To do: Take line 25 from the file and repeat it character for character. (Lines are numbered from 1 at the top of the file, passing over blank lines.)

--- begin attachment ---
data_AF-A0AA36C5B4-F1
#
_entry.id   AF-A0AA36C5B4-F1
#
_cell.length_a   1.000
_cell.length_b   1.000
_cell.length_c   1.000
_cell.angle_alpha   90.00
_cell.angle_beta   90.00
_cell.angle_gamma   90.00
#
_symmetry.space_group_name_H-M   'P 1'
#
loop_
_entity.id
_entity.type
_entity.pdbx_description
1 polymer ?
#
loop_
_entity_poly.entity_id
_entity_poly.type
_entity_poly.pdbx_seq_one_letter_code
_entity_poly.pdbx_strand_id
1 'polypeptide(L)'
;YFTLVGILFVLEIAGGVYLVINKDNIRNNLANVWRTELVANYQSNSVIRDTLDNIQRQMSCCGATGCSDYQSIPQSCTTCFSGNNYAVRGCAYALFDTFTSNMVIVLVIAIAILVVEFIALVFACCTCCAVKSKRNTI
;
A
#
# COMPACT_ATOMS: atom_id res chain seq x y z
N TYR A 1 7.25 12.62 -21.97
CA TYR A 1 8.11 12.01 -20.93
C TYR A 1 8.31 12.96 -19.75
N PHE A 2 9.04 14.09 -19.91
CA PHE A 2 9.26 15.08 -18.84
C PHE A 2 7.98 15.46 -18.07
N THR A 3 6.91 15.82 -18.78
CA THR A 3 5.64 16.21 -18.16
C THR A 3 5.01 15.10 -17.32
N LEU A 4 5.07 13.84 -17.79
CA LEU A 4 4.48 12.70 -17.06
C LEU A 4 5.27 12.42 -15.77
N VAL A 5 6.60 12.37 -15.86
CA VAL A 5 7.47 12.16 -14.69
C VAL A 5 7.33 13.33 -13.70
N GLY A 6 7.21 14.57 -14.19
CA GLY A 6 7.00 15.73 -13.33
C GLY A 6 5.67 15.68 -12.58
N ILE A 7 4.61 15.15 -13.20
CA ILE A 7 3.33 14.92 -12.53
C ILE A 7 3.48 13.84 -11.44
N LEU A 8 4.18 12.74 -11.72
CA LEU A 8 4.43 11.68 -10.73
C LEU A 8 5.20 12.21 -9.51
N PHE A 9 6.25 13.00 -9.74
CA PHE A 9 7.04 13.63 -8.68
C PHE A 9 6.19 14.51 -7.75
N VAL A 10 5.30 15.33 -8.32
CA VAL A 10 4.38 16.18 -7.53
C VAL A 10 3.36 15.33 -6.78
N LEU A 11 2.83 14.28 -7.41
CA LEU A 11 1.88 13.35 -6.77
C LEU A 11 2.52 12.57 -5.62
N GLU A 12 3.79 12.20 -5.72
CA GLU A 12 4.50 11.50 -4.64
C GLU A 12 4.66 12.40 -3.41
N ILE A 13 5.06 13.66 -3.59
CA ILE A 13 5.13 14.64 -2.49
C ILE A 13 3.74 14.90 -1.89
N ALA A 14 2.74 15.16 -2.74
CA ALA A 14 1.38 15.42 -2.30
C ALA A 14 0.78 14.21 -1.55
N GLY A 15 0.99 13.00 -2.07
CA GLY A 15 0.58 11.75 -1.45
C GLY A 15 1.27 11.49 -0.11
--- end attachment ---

1 'polypeptide(L)'